Top 10 Home Buying Mistakes
 Posted By | Mar 24, 2008

Buying a house is the largest investment most people ever make; yet all too often it's a decision made in haste without adequate preparation. Use our list of common house-buying mistakes to avoid costly regrets.

1. Doing it alone. Buying a house is a complex transaction. Even if you don’t use an agent, you’ll need a complete, dependable team: lender, lawyer, inspector, insurer, as well as referrals and advice from friends and family. Enlist the help of these individuals early in the buying process.

2. Buying at first sight. You may be in love with the place, but does it fit your family’s needs and budget? Make a list of your needs and wants and make sure the house fits your requirements. Check out the neighborhood and the community before you buy by visiting at different times of the day and week to learn about noise and traffic patterns. Even if you don’t have kids, check out the local schools to make sure your resale value will be good.

3. Not getting pre-qualified and pre-approved. Being pre-qualified gives you a general idea of how much you can afford to borrow. Being pre-approved means a lender has verified your information and credit rating and agreed to provide you with a specific amount of money. You are in a better position to go house hunting knowing exactly how much you can afford and that you have financing.

4. Overbuying. You may qualify to borrow more, but can you afford to? Analyze your monthly costs: debt, food, transportation, entertainment, and savings. As a general rule, your total monthly debts, including your mortgage, should not exceed 36 percent of your income before taxes. Be sure to budget enough to cover closing costs (often two to five percent of the home’s purchase price), plus moving, redecorating and maintenance. Allow for increases in ongoing expenses such as utilities and taxes.

5. Misplacing your trust. No matter how much you like the agent, sellers, inspector, or the guy down the block who vouches for them, remember this is a business transaction. Your decision is binding. Do your own research and know your support team’s roles and responsibilities.

6. Relying on oral agreements. Get it right and get it in writing. Written agreements almost always trump oral ones when it comes to contracts. If the offer says the lawnmower is negotiable, but the agent says it’s included, get it in writing.

7. Skipping the fine print. You need to understand what you’re signing before you pick up a pen. Ask for documents in advance, make time to read them and ask questions. Get copies of your mortgage papers a few days ahead of closing.

8. Forgetting or betting on resale. Avoid buying a home that costs 50 percent more than neighboring homes and think before buying the most expensive home on the block. Your neighbors’ lower home values will weaken yours. Remember, markets change. If you buy intending to flip your investment and the market falls and you have to sell, your selling price may not be enough to even cover your mortgage.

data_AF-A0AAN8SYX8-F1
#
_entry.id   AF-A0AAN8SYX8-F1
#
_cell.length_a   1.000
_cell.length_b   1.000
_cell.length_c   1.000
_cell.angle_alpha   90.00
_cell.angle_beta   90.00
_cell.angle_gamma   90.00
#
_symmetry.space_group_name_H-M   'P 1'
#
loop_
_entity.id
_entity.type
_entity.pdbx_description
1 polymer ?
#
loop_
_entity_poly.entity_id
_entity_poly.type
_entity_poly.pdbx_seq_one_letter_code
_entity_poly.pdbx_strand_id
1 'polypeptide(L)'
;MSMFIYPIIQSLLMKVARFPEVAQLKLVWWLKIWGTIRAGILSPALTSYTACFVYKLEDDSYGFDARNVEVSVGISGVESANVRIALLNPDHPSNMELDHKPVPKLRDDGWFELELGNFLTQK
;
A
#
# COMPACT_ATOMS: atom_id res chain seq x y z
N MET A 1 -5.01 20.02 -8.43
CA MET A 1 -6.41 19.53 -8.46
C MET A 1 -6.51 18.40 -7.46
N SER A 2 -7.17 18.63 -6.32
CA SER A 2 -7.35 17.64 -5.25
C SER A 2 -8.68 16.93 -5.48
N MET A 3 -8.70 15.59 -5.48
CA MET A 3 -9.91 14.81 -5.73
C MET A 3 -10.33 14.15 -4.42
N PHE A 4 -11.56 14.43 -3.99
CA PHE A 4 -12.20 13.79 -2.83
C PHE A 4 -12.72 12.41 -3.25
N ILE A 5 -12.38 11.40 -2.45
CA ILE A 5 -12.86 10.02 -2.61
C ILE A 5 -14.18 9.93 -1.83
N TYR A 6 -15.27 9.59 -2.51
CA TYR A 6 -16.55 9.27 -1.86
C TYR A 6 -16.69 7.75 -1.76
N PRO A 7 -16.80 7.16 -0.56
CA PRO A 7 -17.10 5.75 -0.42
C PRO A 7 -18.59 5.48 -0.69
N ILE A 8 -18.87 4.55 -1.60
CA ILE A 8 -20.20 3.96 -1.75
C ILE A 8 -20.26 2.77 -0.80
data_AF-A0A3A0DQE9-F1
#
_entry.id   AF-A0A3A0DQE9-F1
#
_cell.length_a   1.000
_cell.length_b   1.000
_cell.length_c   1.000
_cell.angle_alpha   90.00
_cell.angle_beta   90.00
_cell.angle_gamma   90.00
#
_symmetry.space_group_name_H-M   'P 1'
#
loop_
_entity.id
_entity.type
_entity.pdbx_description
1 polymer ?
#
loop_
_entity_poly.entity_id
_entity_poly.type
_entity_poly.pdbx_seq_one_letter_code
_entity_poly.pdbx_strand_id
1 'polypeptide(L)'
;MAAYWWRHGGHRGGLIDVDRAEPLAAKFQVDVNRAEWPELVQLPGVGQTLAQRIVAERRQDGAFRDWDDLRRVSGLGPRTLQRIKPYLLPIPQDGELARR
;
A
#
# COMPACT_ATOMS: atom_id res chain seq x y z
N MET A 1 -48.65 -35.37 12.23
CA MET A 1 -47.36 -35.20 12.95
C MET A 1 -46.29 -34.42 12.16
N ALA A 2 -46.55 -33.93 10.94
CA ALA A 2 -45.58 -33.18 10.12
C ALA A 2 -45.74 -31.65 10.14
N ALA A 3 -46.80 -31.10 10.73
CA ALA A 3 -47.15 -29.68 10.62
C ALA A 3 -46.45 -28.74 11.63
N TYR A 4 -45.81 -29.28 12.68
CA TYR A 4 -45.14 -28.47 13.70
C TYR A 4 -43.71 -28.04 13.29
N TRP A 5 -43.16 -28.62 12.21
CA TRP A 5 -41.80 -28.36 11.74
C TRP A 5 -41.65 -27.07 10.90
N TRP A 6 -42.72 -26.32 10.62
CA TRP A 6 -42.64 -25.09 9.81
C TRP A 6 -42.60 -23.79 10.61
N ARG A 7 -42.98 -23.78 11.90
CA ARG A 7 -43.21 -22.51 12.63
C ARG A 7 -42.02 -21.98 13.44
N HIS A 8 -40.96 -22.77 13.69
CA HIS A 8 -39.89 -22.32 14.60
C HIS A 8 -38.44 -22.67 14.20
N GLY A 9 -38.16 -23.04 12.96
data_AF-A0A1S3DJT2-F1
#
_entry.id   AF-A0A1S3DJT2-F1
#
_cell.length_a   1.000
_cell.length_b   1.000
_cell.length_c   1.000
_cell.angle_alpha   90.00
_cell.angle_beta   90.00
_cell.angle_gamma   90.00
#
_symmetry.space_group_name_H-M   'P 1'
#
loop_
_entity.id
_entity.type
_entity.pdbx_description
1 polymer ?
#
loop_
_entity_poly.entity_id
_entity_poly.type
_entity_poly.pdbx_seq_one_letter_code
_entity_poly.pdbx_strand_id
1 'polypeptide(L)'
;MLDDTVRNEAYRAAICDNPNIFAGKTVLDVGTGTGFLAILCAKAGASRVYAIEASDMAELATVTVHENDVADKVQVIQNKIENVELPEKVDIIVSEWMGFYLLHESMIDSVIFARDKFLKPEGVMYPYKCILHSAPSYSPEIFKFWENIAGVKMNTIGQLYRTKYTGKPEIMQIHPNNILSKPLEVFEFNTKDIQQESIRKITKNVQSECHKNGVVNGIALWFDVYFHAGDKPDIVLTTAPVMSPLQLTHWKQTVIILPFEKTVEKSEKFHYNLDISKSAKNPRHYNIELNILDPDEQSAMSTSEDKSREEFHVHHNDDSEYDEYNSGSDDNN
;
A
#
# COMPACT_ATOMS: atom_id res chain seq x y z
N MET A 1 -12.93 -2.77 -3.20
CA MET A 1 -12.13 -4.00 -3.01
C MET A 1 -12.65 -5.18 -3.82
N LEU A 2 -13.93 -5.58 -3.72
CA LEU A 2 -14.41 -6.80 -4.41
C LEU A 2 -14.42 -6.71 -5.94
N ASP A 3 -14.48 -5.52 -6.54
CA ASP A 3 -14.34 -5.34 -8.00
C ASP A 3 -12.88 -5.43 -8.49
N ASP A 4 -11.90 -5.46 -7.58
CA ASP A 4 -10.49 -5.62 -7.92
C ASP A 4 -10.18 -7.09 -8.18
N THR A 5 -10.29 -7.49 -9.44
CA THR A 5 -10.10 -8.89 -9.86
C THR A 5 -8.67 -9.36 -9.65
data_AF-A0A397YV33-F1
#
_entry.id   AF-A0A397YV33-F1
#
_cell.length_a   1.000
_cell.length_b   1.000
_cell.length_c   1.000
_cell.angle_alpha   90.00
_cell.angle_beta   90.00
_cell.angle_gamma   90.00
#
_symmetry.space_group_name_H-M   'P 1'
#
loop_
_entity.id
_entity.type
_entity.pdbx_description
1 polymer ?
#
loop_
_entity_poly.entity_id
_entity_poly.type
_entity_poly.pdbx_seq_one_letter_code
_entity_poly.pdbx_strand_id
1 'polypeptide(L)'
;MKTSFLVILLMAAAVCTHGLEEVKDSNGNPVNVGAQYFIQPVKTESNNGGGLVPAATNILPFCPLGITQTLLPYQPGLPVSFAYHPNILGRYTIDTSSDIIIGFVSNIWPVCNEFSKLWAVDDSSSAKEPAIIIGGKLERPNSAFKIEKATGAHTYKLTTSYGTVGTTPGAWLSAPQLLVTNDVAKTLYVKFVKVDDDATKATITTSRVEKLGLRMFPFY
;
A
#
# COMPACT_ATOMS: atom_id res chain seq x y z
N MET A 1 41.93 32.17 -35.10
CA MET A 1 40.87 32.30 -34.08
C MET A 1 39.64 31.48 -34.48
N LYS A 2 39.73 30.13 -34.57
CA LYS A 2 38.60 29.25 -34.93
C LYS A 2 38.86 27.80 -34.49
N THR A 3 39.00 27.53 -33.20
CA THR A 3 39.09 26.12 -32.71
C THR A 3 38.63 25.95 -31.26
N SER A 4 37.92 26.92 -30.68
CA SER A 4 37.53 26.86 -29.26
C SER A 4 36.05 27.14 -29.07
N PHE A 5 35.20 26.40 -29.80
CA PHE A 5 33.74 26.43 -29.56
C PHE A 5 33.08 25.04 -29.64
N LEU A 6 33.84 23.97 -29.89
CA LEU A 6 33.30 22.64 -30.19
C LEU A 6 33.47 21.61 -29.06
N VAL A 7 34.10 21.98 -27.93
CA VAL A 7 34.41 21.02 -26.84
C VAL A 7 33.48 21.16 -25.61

9. Making an unconditional offer. Protect yourself with at least two of these contingencies in your offer: -> Mortgage financing -- You’re pre-approved, but is the house? Before a bank will lend you money, it will want a formal appraisal of the property to confirm that there is sufficient equity in it to warrant the loan. If the house appraises lower than the sales price, the loan may be declined. -> Inspection -- never buy an existing or new home without a thorough home inspection. Walk through the home with the inspector to learn more about the house and any concerns he or she may have. -> Insurance -- confirm you can get adequate coverage. In some areas, it’s difficult to get hazard insurance.

10. Having buyer’s remorse. No place is perfect. There will always be surprises. Don’t let a few initial blips spoil the whole ride. And don’t miss a great house waiting for the perfect one!



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Comments (3)
Jane Goldsmith wrote:
Jan 05, 2010 (14:06)
all the houses looked good but I dont think we are allow to buy as we are from Australia.
Peter Loke wrote:
Jun 12, 2009 (18:54)
1. The owner age only matters if he/she wants to get a loan eg remaining 30years. Otherwise, he need to fork out more cash for downpayment.

2. You can own as many property as long as your income is sufficient to apply for a loan, or pay cash in full.

Ann Starblinks wrote:
Jul 29, 2008 (23:58)
1) Any limitation to owner's age on owning a property? Example maximum age to register as a house owner.
2) If a person already have 1 house bought directly from developer & 1 second hand house bought through resale market, will these affect the chances of the same owner to own a new house (3rd unit) by buying directly from a developer?
Note: The houses mentioned above are terrace house with price ranging from RM150,000 to RM 230,000 and owner is Johor resident.
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